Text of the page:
Nurses?? perceptions of the feasibility of the use of the Critical-Care Pain Observation Tool

2.50
Hdl Handle:
http://hdl.handle.net/10755/156984
Category:
Abstract
Type:
Presentation
Title:
Nurses?? perceptions of the feasibility of the use of the Critical-Care Pain Observation Tool
Author(s):
Gelinas, Celine
Author Details:
Celine Gelinas, RN,DSN,PhD, McGill University, School of Nursing, Montreal, Quebec, Canada, email: celine.gelinas@mcgill.ca
Abstract:
POSTER PURPOSE: To describe the perceptions of nurses in the intensive care unit (ICU) of the feasibility of the use of the Critical-Care Pain Observation Tool (CPOT) in a research context. Feasibility refers to the ease with which the clinicians can apply the tool (eg, simple to understand, easy to complete, quick to use) within the clinical setting. BACKGROUND/SIGNIFICANCE:The CPOT is a behavioral pain scale that was developed for critically ill adults and is suggested in the clinical recommendations of the American Society for Pain Management Nursing (2006) for pain assessment in unconscious or critically ill nonverbal patients. Although the psychometric properties of the CPOT are well described, no study has yet explored nursesÆ experience with the use of this tool in terms of its feasibility. METHOD: A descriptive design was used for this study. A total of 51 ICU nurses from a university health care center in Montreal (Canada) were trained and used the CPOT for the research purpose of validation of the tool with enrolled ICU patients. At the conclusion of that validation study, the nurses were asked to complete a self-administered questionnaire about the feasibility (ie, length of time of training, time for assessment, clarity of directives, tool structure, scoring method, recommendation to use the CPOT routinely, how helpful it is for practice, how it influenced nursing practice) of the CPOT. RESULTS: Thirty-three ICU nurses returned their completed questionnaire. All nurses agreed that the directives for its use were clear and that it was easy to complete. Some nurses specified that some items were difficult to score (eg, facial expressions, body movements). A total of 24 nurses agreed that the CPOT was helpful for practice and recommended its use routinely as it provides a standardized way to assess patientsÆ pain. Other nurses pointed out the lack of specificity of some indicators (eg, agitation), and that the tool was not applicable for every nonverbal ICU patient (eg, heavily sedated, chemically paralyzed). CONCLUSIONS: The CPOT was easy to use and relevant for practice by ICU nurses who used it in a research context. Although further research is warranted to evaluate its feasibility in routine care, the CPOT appears to support ICU nurses in the assessment of their patientsÆ pain and could contribute to better pain control in critically ill adults. Based on this finding, it is urgent that clinical guidelines of pain assessment in nonverbal patients be implemented into practice.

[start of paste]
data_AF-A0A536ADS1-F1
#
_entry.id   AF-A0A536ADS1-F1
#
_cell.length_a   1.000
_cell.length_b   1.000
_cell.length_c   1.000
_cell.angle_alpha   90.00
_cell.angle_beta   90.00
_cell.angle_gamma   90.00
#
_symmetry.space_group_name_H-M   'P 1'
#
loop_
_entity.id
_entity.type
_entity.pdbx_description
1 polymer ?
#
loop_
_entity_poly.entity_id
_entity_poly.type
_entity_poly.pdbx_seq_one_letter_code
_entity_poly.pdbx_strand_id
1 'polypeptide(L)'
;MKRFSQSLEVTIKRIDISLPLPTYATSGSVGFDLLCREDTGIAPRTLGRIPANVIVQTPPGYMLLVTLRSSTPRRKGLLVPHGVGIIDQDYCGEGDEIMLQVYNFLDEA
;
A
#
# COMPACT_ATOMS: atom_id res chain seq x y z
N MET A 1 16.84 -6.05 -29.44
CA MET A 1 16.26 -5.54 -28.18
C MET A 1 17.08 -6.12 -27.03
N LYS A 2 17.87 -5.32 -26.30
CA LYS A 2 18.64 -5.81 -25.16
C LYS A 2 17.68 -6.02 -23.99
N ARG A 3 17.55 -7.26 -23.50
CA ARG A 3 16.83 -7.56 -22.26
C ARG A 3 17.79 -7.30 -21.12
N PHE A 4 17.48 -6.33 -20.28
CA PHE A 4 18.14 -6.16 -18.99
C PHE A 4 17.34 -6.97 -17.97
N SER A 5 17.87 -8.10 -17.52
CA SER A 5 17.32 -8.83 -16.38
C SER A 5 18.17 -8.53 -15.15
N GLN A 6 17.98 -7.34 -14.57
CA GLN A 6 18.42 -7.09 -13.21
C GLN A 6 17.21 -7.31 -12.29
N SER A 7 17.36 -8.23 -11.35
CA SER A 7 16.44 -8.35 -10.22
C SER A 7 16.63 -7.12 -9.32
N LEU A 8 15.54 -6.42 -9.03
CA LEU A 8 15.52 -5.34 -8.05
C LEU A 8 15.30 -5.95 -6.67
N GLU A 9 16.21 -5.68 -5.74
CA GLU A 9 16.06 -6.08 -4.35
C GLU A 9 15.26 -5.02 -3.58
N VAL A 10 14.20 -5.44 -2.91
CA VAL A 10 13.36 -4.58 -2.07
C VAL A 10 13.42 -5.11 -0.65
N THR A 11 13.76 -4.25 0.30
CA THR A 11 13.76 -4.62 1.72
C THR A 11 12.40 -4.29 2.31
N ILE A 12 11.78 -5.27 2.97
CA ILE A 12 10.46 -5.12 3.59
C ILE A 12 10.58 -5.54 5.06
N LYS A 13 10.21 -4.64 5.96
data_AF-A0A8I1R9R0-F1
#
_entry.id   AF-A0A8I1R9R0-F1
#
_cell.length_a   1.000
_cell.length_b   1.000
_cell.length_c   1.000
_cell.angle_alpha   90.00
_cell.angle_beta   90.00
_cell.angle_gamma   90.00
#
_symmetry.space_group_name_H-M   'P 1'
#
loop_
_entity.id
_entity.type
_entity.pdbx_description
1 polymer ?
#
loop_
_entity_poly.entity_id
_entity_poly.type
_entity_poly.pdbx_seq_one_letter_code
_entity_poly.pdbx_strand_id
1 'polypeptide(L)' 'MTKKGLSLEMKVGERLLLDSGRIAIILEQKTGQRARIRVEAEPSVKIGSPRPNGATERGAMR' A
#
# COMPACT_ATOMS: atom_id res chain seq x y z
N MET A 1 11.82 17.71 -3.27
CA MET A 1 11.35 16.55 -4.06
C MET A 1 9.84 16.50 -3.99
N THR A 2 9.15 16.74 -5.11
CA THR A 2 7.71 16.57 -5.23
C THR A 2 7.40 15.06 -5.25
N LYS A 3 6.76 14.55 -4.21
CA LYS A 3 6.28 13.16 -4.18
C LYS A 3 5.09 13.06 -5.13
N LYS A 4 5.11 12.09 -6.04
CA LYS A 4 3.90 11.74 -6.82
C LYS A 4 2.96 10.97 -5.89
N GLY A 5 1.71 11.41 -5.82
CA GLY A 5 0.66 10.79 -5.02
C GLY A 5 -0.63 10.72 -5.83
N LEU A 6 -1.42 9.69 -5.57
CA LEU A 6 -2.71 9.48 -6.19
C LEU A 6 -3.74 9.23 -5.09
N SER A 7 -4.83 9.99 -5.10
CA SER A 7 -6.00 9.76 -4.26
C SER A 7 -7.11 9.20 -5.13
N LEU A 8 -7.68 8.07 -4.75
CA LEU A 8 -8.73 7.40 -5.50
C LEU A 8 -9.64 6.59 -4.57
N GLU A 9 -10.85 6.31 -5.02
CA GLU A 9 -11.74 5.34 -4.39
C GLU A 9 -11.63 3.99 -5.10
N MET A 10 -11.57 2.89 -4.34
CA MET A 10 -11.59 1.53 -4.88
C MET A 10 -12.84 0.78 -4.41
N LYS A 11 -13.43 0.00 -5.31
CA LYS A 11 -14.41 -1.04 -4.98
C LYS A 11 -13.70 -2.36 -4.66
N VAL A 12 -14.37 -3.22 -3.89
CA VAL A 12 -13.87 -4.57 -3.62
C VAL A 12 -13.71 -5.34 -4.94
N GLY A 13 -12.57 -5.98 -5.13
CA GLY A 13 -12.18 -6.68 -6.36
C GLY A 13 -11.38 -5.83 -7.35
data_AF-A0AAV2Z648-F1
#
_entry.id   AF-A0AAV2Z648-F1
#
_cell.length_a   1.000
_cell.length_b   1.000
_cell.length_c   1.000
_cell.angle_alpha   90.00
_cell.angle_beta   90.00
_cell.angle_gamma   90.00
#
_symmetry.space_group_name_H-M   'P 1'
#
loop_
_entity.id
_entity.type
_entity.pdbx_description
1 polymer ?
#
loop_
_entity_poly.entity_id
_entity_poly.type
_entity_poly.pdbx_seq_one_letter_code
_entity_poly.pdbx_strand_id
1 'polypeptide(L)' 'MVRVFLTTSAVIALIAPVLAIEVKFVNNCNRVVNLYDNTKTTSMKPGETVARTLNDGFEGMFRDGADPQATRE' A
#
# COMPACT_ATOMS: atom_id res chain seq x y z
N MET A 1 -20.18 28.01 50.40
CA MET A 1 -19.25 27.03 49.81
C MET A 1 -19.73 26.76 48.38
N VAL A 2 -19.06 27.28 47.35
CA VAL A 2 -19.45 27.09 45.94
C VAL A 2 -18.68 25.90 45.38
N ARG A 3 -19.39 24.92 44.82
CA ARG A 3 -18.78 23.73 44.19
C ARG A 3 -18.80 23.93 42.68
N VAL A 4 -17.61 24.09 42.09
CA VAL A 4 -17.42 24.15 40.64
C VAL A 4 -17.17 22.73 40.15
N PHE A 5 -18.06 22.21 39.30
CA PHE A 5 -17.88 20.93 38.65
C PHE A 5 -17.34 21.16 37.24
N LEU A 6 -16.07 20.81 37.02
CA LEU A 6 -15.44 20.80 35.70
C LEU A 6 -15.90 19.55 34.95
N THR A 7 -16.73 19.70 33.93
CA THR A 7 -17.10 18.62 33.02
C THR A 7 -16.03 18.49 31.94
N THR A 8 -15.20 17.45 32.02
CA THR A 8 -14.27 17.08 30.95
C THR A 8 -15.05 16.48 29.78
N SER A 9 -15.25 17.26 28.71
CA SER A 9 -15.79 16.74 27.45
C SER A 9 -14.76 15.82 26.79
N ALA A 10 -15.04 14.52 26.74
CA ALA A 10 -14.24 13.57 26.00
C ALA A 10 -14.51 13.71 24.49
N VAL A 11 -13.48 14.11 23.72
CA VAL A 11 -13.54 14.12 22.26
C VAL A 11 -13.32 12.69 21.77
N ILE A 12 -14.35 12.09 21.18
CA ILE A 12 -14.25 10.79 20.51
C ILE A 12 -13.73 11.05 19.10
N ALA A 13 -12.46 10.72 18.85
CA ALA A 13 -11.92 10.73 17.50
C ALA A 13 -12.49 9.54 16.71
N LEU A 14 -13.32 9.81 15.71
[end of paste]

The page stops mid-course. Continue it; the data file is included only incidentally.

Repository Posting Date:
26-Oct-2011
Date of Publication:
26-Oct-2011
Citation:
2010 National Teaching Institute Research Abstracts. American Journal of Critical Care, 19(3), e15-e28. doi:10.4037/ajcc2010866
Conference Date:
2010
Conference Name:
National Teaching Institute and Critical Care Exposition
Conference Host:
American Association of Critical-Care Nurses
Conference Location:
Washington, D.C., USA
Note:
This is an abstract-only submission. If the author has submitted a full-text item based on this abstract, you may find it by browsing the Virginia Henderson Global Nursing e-Repository by author. If author contact information is available in this abstract, please feel free to contact him or her with your queries regarding this submission. Alternatively, please contact the conference host, journal, or publisher (according to the circumstance) for further details regarding this item. If a citation is listed in this record, the item has been published and is available via open-access avenues or a journal/database subscription. Contact your library for assistance in obtaining the as-published article.

Full metadata record

DC FieldValue Language
dc.type.categoryAbstracten_GB
dc.typePresentationen_GB
dc.titleNurses?? perceptions of the feasibility of the use of the Critical-Care Pain Observation Toolen_GB